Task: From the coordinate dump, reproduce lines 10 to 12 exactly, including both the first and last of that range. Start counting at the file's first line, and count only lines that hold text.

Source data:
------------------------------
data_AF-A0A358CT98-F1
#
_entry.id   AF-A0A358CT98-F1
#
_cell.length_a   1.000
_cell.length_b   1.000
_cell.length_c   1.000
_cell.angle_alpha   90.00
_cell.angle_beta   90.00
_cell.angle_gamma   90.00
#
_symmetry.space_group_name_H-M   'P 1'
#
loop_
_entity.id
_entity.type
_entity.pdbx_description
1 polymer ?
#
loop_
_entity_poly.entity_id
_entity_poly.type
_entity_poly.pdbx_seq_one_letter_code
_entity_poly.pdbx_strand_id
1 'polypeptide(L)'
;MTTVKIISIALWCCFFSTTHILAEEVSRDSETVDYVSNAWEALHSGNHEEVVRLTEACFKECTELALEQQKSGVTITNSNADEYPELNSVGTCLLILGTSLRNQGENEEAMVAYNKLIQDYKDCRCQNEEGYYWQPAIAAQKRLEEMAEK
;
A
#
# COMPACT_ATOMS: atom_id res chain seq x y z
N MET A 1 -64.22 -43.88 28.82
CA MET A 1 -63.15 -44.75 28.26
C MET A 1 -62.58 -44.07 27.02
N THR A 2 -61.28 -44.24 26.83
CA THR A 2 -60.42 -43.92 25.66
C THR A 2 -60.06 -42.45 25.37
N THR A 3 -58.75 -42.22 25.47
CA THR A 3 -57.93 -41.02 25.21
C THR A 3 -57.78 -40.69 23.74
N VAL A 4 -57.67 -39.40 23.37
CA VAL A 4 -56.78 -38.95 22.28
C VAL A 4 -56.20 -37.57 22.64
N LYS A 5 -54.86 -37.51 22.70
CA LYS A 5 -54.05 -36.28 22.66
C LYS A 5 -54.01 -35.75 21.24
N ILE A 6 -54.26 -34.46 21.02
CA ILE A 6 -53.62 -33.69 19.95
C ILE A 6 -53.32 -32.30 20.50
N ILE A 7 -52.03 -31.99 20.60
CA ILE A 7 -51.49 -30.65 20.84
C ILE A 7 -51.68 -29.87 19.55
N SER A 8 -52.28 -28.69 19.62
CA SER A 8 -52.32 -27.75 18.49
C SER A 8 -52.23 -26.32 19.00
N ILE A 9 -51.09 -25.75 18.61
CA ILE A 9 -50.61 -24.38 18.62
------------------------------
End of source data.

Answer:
_cell.angle_gamma   90.00
#
_symmetry.space_group_name_H-M   'P 1'